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Live bait works great, but a fishing lure has obvious advantages: they’re reusable, they’re made to attract specific fish in particular conditions, and they’re highly controllable. A fishing lure can come in all shapes and sizes. There are literally thousands of kinds available for just about every type of game and locale. There are so many, in fact, that picking the right lure can get confusing. Let’s look at the most common fishing lure options by category and go over what each one’s best suited for.

Fishing Lure – Jigs

fishing lure

Jigs come in various shapes and sizes: Simple hooked eyes, skirted swim jigs, hair jigs, tube jigs, soft plastic jigs – the list goes on. Regardless of their appearance, jigs all share the same purpose and action: they’re sinking bottom lures that are made to swim up and down. In doing so, they mimic the action of baitfish and small dwelling species like crays, insects, and minnows.

Jigs have a weighted head one the leading end, and one or more hooks on the distal end. To use a jig effectively, let it sink to the bottom. Once your line’s slack, pop and whip your rod up and down to get that jumpy, frenetic action of a small live bait. Jigs are the king of bass fishing, and they work well on Perch, Catfish, Walleye, and Pike. Jigs can be made even more attractive by tipping them with live bait – worms – or soft plastics.

Fishing Lure – Spinnerbaits
fishing lure

Spinnerbaits use rotating spoon blades to produce flashy action and vibrations. Used in open water, a spinnerbait provides a surefire way to attract some excited strikes. They’re excellent at picking up Bass, Pike, Muskie, and Trout.

To produce action, the spinnerbait can be pulled in a steady, consistent retrieve or it can be made to flip and rotate with fast, stop-and-go pulls. Spinners work best in water with at least moderate visibility and little vegetation, but their vibration also makes them capable in deeper, darker, and turbid water. Most spinners are equipped with one oblong blade, typically made to reflect with a gold or silver sheen. The hook is usually covered with a skirt, but soft plastics work just as well.

Fishing Lure – Buzzbaits

fishing lure

Although they look identical to a skirted spinner, the propeller-bladed buzzbait serves a different purpose. Buzzbaits (like the LOUDBUZZ) are topwater lures primarily intended for Bass. Their propellers disrupt the surface of the water, causing splashes and turbulence. Because these lures are meant to ride along the surface, they’re great at luring fish out from under shaded cover and dense vegetation. Slow, consistent pulls work best. Given their surface action, buzzbaits should be used on days with low wind and calm tides.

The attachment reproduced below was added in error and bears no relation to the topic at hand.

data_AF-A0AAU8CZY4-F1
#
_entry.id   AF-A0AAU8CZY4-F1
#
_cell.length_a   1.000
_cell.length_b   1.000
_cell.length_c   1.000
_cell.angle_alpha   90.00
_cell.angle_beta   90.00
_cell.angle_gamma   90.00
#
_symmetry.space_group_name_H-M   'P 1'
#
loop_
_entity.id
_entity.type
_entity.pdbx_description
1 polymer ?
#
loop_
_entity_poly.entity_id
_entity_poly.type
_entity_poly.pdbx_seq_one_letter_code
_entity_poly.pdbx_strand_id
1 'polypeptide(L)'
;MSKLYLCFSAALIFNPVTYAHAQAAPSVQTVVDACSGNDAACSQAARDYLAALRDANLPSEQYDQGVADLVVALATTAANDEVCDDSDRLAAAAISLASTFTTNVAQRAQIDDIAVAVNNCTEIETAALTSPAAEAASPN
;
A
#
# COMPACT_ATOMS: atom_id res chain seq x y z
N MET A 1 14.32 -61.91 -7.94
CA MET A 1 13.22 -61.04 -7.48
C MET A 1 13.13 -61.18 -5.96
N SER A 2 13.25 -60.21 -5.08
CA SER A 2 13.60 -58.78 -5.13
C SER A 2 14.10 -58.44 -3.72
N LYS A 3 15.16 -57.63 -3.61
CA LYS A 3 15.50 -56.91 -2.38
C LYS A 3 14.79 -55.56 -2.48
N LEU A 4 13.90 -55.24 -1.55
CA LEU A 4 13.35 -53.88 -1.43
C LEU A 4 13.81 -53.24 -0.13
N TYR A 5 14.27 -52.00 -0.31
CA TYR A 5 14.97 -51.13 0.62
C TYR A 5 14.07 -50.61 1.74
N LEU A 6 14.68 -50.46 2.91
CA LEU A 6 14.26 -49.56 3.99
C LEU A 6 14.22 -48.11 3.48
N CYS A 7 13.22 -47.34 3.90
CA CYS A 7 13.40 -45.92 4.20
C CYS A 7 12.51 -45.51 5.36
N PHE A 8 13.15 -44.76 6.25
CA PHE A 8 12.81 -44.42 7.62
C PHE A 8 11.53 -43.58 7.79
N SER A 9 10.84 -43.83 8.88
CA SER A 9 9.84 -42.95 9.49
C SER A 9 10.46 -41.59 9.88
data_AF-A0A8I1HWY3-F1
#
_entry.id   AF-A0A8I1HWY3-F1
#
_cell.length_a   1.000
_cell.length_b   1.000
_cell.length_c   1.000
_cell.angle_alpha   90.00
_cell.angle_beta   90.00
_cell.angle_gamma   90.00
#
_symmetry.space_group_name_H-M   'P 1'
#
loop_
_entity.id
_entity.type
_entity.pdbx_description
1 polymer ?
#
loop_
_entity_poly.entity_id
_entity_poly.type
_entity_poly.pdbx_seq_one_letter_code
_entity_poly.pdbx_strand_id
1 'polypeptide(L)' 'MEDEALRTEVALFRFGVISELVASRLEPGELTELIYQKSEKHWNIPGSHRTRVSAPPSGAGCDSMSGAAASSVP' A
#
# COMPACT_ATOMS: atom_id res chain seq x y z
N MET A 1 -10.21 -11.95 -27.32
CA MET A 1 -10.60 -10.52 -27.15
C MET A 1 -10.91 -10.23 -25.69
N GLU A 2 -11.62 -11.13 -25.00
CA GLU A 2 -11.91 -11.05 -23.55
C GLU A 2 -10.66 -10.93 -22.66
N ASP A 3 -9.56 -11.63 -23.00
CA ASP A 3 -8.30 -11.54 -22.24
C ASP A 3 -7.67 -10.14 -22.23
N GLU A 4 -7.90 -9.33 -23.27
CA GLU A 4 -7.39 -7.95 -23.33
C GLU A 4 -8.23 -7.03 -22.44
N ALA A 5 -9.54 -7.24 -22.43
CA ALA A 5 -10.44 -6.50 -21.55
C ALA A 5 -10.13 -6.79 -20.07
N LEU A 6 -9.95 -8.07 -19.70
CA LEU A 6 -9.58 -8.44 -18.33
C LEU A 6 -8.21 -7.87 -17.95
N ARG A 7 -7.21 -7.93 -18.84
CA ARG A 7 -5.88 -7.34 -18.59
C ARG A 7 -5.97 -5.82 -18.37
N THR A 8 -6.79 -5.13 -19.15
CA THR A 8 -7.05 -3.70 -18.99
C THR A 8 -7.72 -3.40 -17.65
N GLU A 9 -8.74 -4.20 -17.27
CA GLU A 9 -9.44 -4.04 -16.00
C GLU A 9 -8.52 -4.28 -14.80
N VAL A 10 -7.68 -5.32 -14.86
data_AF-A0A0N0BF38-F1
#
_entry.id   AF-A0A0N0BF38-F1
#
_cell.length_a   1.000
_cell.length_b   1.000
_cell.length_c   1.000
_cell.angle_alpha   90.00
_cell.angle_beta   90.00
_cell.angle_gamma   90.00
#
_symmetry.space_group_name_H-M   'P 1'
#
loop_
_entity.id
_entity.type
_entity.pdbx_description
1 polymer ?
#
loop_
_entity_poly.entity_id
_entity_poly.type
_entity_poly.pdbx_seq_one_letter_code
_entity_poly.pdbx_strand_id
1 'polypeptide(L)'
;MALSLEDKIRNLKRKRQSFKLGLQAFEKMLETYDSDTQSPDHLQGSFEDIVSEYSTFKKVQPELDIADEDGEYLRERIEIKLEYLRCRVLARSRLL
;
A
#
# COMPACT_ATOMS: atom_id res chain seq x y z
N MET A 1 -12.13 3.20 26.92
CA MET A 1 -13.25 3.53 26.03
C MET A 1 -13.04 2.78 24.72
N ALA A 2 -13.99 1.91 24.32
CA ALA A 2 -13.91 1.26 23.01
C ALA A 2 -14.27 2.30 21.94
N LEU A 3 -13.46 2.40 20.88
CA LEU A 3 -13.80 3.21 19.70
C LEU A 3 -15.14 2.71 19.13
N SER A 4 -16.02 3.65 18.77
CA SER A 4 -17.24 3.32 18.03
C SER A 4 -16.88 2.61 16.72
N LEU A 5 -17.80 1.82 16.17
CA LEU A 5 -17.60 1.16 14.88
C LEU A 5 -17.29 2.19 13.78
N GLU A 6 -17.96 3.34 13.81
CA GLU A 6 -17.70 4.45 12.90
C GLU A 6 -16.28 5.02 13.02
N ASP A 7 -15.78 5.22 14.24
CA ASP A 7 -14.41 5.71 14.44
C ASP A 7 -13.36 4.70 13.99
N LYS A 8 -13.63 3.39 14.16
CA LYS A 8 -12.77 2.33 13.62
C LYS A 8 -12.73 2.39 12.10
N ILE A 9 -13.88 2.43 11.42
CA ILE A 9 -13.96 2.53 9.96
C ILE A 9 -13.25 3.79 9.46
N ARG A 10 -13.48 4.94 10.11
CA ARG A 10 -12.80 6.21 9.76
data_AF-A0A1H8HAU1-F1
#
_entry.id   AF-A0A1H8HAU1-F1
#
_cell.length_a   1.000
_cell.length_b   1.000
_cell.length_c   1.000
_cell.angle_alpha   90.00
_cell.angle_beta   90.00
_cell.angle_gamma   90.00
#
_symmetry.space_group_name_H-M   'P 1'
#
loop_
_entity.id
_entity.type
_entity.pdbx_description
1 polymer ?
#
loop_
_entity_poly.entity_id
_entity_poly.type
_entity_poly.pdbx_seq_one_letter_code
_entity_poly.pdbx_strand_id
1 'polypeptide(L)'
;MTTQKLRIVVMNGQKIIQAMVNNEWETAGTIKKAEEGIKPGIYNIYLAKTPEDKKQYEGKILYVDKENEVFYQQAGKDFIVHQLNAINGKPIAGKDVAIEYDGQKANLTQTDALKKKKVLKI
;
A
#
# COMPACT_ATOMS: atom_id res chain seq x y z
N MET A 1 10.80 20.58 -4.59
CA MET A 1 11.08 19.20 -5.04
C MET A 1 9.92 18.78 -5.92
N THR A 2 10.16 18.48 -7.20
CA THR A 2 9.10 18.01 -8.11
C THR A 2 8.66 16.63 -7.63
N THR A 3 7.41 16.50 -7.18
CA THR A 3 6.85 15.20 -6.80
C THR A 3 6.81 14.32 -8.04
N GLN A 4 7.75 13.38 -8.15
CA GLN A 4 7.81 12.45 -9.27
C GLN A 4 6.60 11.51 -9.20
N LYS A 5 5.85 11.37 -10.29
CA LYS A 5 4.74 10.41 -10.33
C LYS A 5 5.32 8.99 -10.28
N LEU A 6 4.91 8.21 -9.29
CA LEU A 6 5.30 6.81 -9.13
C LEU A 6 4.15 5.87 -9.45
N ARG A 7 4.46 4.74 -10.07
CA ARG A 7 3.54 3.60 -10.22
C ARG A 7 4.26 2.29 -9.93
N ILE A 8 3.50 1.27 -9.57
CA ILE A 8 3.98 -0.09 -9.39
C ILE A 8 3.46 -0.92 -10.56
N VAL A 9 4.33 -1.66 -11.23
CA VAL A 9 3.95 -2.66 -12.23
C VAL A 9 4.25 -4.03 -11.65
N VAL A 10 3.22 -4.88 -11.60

Fishing Lure – Crankbaits

fishing lure

Crankbaits, also called plugs, are plastic lures that are made to resemble small baitfish or crayfish. Some are hollow, filled with beads to produce noise, while others may be gilded to produce a flash. The crankbait is designed to dive deeper as its reeled in, producing the evasive swimming action of prey.

This diving action is produced by a shaped, downward facing lip attached to the front of the bait. As the lure is reeled through the water, the lip forces the bait to shoot downward. The faster the lure’s pulled, the deeper it dives. Some crankbaits have segmented bodies and swiveling lips. These accoutrements allow the lure to more closely mimic the swimming action of small prey. Crankbaits (like Evergreen’s CR Series) produce the best “lifelike” action with stop-and-go pulls. When left idle, the crankbait will hover or float near the surface.

Fishing Lure – Spoons

fishing lure

Spoons got their name from their simple origins: These lures were once made from actual kitchen spoons with the handles cut off, and holes drilled for hooks and lines. The curved profile of the spoon is made to mimic the wobbly swimming action of an injured prey fish. Beautifully simple and reliable, spoons work for a variety of fish. Spoons are brightly colored or reflective to add to the attraction.

Spoons work best with vertical action or carefully paced trolling. Let the spoon sink below your target, then pull it up through the water to draw fish out from cover. Mastering the spoon means working out your speed relative to the size of the lure. Larger spoons swim slower. If you pull this lure too fast or slow, it won’t swim right.

Fishing Lure – Soft Plastics

fishing lure

Soft plastics reign supreme when it comes to finesse. These versatile soft baits mimic prey fish, worms, and crays. They can be fished as a jig trailer or tasty addition to a chatterbait or other lure. But they’re also used to make a variety of rigs, like Drop Shots, Carolinas, Wackies, and Texas and Ned rigs. Soft plastics are springy and tend to work best with sporadic, jerky, and cyclic movements.

Fishing Lure – Swimbaits

fishing lure

Swimbaits do exactly as their name implies: They swim. Well, it’s a bit more complicated than that. Swimbaits are designed to replace larger (and more expensive) live bait fish. These lures are incredibly liflife and mimic baby Shad, leeches, minnows, frogs, and of course, crayfish. Above all, natural movement is what a swimbait provides. Each type of swimbait will sport different segments along the body to reproduce certain movements. Because of their size, swimbaits are typically reserved for open waters, large casts, and big bites.

Proper use of a mimic swimbait depends entirely on the waters and the target. Employed properly, a swimbait can attract a truly massive trophy. Check out our quick break-down of Shimano’s new Armajoint 190SF World Flash. This crazy 7″ lure uses magnets and active flashing to produce some seriously life-life action.

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